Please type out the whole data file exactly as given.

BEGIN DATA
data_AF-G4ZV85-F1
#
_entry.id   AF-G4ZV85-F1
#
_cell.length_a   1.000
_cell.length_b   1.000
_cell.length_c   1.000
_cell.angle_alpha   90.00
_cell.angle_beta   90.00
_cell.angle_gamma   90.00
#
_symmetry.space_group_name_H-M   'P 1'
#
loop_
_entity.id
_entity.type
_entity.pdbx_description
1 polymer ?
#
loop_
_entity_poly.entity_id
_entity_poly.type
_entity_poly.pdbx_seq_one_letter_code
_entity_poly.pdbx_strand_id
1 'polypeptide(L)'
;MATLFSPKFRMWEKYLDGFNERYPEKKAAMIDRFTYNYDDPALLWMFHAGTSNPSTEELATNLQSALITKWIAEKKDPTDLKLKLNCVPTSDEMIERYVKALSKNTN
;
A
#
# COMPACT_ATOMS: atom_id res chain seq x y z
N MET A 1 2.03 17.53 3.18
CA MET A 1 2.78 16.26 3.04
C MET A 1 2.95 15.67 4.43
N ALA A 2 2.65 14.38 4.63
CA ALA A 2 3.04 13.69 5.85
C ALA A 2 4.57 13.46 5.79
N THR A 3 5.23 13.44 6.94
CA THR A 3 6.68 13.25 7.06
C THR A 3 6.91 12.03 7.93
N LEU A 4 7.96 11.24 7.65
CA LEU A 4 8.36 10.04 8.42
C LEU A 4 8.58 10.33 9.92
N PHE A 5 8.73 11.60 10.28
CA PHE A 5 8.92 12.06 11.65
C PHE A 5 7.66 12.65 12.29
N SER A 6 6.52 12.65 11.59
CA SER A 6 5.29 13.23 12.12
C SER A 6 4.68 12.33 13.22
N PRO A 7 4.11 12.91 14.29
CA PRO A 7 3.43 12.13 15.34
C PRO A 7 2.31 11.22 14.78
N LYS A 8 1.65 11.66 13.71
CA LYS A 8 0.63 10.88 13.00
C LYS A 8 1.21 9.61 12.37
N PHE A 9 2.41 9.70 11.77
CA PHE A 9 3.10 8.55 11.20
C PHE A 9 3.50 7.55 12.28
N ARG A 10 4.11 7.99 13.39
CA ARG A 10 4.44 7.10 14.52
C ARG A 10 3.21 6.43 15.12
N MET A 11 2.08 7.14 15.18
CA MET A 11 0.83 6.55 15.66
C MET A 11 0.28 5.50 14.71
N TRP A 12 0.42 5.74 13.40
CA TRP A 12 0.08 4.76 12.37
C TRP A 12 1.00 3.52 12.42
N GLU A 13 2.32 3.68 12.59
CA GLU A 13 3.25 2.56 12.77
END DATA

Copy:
data_AF-G4ZV85-F1
#
_entry.id   AF-G4ZV85-F1
#
_cell.length_a   1.000
_cell.length_b   1.000
_cell.length_c   1.000
_cell.angle_alpha   90.00
_cell.angle_beta   90.00
_cell.angle_gamma   90.00
#
_symmetry.space_group_name_H-M   'P 1'
#
loop_
_entity.id
_entity.type
_entity.pdbx_description
1 polymer ?
#
loop_
_entity_poly.entity_id
_entity_poly.type
_entity_poly.pdbx_seq_one_letter_code
_entity_poly.pdbx_strand_id
1 'polypeptide(L)'
;MATLFSPKFRMWEKYLDGFNERYPEKKAAMIDRFTYNYDDPALLWMFHAGTSNPSTEELATNLQSALITKWIAEKKDPTDLKLKLNCVPTSDEMIERYVKALSKNTN
;
A
#
# COMPACT_ATOMS: atom_id res chain seq x y z
N MET A 1 2.03 17.53 3.18
CA MET A 1 2.78 16.26 3.04
C MET A 1 2.95 15.67 4.43
N ALA A 2 2.65 14.38 4.63
CA ALA A 2 3.04 13.69 5.85
C ALA A 2 4.57 13.46 5.79
N THR A 3 5.23 13.44 6.94
CA THR A 3 6.68 13.25 7.06
C THR A 3 6.91 12.03 7.93
N LEU A 4 7.96 11.24 7.65
CA LEU A 4 8.36 10.04 8.42
C LEU A 4 8.58 10.33 9.92
N PHE A 5 8.73 11.60 10.28
CA PHE A 5 8.92 12.06 11.65
C PHE A 5 7.66 12.65 12.29
N SER A 6 6.52 12.65 11.59
CA SER A 6 5.29 13.23 12.12
C SER A 6 4.68 12.33 13.22
N PRO A 7 4.11 12.91 14.29
CA PRO A 7 3.43 12.13 15.34
C PRO A 7 2.31 11.22 14.78
N LYS A 8 1.65 11.66 13.71
CA LYS A 8 0.63 10.88 13.00
C LYS A 8 1.21 9.61 12.37
N PHE A 9 2.41 9.70 11.77
CA PHE A 9 3.10 8.55 11.20
C PHE A 9 3.50 7.55 12.28
N ARG A 10 4.11 7.99 13.39
CA ARG A 10 4.44 7.10 14.52
C ARG A 10 3.21 6.43 15.12
N MET A 11 2.08 7.14 15.18
CA MET A 11 0.83 6.55 15.66
C MET A 11 0.28 5.50 14.71
N TRP A 12 0.42 5.74 13.40
CA TRP A 12 0.08 4.76 12.37
C TRP A 12 1.00 3.52 12.42
N GLU A 13 2.32 3.68 12.59
CA GLU A 13 3.25 2.56 12.77